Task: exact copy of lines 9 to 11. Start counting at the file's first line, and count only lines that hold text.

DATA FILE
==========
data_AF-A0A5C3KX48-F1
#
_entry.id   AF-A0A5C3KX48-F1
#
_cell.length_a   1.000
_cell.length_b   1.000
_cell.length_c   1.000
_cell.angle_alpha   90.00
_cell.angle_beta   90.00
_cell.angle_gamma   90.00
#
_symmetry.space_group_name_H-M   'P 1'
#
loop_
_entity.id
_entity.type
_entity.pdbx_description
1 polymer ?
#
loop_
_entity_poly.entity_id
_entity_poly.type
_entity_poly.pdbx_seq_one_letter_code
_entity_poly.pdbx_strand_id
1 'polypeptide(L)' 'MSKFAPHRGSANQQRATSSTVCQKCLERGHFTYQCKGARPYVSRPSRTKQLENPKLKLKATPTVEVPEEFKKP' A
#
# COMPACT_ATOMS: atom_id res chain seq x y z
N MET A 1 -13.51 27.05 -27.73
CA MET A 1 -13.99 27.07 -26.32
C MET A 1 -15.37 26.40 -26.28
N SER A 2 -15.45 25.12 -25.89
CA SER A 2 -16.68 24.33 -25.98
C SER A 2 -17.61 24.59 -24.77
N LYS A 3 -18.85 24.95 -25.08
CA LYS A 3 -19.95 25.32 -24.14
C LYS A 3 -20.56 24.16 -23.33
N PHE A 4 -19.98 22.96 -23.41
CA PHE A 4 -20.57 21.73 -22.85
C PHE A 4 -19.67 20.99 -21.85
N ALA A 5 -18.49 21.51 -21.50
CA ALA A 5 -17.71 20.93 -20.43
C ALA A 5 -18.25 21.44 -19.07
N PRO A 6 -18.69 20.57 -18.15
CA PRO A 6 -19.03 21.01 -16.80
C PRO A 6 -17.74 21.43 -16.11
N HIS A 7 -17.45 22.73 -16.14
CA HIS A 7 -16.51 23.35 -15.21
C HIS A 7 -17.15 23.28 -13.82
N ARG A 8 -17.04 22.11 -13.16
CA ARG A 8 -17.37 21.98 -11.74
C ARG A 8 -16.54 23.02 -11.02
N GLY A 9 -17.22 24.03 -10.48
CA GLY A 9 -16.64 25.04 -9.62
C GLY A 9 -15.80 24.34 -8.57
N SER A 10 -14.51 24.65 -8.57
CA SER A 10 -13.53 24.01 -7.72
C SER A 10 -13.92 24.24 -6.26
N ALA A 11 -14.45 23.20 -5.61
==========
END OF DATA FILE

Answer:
_cell.angle_beta   90.00
_cell.angle_gamma   90.00
#